“I Shop Therefore I Am.” Barbara Kruger made this statement in 1987, but it could just as well be applied to our lives as we know them today. Her iconic artwork combined the language of mass marketing with a subversive nod to consumerism, even as the hedonism of the decade’s stock markets headed towards major collapse. With its bold slogan and direct messaging, the piece offered a prescient reflection of the attention economy of the internet age that was to come.
Seven years later in 1994, a new streetwear brand was founded in New York by James Jebbia. He named it Supreme. The first Manhattan store employed extras from Harmony Korine and Larry Clark’s first film Kids, teen regulars from Manhattan’s skate parks, and secretly supplied clothing to the set. The staff slouched between the rails as they sold the t-shirts, skateboards and other branded apparel. With its understated air of cool detachment and carefully minimalist branding, Supreme was able to fully embody the youth culture that it still knows so well how to leverage.
At the heart of Supreme is their distinctive logo, white-on-red in Futura Bold Oblique font. It is immediately recognisable, and has been applied to everything from the store interiors and packaging to the apparel itself. Kruger’s own bold white lettering on red is never far out of sight when it comes to Supreme, although the artist herself long remained silent on the undeniable overlap. It is a visual language that has come to signify a push-and-pull tension between the two, and ultimately, between art and commerce.
The irony of a fashion brand repurposing an artistic identity first intended to decry the poor ethics of the industry is quite something to behold. That this is a label able to command hundreds of dollars for a single item speaks volumes of our dissolute times, when the obsession with the self reigns, well… supreme. We have each been cut loose from the tyranny of doctrine, whether it was self-enforced or dictated from above, and it would seem that is no longer cool to care about anything much at all.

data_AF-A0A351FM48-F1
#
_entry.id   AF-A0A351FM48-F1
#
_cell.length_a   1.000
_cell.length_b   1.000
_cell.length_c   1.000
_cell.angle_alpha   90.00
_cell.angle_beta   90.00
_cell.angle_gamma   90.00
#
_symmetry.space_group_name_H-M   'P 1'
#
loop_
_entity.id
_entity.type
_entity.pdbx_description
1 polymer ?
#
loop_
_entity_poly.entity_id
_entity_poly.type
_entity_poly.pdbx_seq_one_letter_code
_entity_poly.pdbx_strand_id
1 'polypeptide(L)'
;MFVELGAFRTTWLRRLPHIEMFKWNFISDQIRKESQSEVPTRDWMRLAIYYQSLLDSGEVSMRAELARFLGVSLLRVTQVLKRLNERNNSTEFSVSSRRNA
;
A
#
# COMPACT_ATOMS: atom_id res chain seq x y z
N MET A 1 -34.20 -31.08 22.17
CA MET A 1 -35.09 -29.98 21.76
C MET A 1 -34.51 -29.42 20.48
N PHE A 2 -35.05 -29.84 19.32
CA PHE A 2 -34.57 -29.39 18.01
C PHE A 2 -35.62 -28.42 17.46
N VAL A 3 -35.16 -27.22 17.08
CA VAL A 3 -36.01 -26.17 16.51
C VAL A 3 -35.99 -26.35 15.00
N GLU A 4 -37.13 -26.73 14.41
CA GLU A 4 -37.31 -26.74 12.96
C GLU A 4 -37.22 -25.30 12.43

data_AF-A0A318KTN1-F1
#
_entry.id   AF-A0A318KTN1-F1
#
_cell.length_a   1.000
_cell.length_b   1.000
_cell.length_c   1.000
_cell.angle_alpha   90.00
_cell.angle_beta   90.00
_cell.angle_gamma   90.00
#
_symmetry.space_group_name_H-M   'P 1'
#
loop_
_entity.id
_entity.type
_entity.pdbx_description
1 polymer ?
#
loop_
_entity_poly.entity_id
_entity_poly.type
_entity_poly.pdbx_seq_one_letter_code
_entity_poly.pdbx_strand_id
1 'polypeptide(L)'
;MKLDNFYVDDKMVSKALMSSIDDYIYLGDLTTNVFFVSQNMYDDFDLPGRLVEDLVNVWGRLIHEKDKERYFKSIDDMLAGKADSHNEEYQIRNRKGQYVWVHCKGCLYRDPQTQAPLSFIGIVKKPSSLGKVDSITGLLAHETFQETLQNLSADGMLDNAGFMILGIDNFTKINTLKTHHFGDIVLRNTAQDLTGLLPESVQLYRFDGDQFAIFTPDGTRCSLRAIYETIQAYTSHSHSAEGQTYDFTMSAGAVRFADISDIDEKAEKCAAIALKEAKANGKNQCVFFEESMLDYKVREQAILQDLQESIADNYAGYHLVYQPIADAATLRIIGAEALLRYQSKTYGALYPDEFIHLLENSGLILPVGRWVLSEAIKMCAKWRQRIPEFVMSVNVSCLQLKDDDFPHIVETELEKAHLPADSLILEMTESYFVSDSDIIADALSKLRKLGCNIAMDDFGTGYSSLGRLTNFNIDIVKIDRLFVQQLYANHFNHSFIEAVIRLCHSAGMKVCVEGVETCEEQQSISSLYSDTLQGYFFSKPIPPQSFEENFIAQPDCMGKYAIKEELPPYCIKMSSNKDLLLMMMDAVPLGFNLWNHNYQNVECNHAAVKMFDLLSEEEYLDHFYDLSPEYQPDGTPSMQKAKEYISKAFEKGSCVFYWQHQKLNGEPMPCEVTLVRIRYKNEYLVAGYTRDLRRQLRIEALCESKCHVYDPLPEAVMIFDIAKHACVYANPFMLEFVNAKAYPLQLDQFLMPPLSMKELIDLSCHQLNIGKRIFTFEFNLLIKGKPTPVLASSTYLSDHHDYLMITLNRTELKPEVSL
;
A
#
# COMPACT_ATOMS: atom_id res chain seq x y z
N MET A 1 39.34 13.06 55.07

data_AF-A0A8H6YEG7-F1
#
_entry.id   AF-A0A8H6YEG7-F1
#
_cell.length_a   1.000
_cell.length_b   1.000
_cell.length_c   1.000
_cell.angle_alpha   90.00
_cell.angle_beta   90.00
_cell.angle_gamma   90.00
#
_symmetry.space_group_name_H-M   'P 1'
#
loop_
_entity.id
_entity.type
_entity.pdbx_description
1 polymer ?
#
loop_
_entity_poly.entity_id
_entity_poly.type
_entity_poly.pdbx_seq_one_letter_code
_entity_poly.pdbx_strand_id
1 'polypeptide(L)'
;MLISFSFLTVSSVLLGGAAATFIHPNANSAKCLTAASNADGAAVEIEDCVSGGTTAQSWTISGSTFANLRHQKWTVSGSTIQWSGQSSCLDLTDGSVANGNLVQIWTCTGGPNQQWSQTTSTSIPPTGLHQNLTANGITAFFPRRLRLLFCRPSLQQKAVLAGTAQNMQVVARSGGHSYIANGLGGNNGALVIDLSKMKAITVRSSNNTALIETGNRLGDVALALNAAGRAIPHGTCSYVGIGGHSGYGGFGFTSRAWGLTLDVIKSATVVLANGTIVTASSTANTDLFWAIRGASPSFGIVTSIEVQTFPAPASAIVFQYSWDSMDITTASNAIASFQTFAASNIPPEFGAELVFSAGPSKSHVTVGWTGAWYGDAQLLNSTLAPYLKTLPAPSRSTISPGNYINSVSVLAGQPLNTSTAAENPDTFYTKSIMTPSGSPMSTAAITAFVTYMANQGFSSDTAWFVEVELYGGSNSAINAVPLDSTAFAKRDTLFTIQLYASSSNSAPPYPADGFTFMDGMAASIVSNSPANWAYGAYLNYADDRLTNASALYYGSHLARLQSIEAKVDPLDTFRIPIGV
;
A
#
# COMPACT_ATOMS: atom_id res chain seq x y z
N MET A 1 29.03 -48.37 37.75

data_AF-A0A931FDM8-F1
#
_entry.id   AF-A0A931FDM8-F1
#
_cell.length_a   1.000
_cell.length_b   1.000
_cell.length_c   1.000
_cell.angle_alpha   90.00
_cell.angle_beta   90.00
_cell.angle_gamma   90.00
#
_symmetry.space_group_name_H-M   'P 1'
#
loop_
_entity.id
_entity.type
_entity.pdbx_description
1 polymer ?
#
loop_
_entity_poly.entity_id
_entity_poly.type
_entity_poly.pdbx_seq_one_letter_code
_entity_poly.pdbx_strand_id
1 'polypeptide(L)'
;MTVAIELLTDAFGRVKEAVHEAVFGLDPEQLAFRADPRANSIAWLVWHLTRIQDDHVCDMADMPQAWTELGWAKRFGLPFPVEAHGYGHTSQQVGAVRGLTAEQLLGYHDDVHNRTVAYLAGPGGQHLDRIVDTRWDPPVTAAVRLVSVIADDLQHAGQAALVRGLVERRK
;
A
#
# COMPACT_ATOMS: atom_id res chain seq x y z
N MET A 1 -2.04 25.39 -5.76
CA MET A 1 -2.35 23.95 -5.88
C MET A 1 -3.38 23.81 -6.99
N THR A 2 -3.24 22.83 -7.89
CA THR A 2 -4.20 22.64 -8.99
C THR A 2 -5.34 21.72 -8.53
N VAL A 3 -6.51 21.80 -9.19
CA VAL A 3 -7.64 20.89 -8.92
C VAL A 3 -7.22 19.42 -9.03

“It is a visual language that has come to signify a push-and-pull tension between art and commerce”
Kruger applied her signature colour scheme of black, white and red to countless artworks during the 1970s and ‘80s, with slogans pasted onto found photographs. The phrases that she alighted upon ranged from the feminist (“Your Body Is a Battleground”) to the personal (“Love for Sale”), to the cautionary (“The Future Belongs to Those Who Can See It”). The Supreme logo buys into the simple immediacy of Kruger’s message and capitalizes on its subversive legacy, all while shifting hundreds of dollars worth of apparel to hypebeasts who are willing to queue for hours at a time.
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This weekend is your last chance to get the #BarbaraKruger streetwear and have it arrive in time for the holidays. Put your order in by Sunday, December 17 at midnight! Also, be sure to read the final interview from Barbara Kruger on her Performa Commission, now live on @dazedfashion. #Performa17 x @volcom
Supreme was reportedly worth $1 billion at the close of 2019, and now has twelve stores around the world. Kruger finally spoke out about the logo in 2013, when a lawsuit was filed on behalf of Supreme for copyright infringement against another streetwear brand and its usage of identical white-on-red lettering. “What a ridiculous clusterfuck of uncool jokers,” Kruger wrote, furiously. “I make my work about this kind of sadly foolish farce. I’m waiting for all of them to sue me for copyright infringement.”
“The Supreme logo capitalizes on the subversive legacy of Kruger’s message, while shifting hundreds of dollars worth of apparel”
Instead of suing Supreme herself, Kruger took matters into her own hands at 2017’s Performa Biennial in New York. Here she sold a range of products, from skateboards to clothing; a custom red-and-white lettered subway pass was even created for use across the city. It could be seen as the closing of a loop begun decades earlier, when her screen printing techniques first enabled her slogans to be distributed via non-traditional means, from books to matchbooks to coffee mugs, and even shopping bags.
For Kruger, the medium has always been the massage. Bold, direct and immediately recognisable, her work communicates with the language of advertising and graphic design. The identity of her artworks is one that mirrors the tactics of the mass media. It is hardly surprising that Supreme, in turn, appropriated their own branding from this strategy. But it creates a bizarre hall-of mirrors effect, where style wins over substance. What remains of Kruger’s original message, and what exactly are we buying into? Supreme’s identity doesn’t say much at all, precisely because it doesn’t need to. Brand association is built through repetition and a clear logo. For most of us, just white-over-red lettering is more than enough.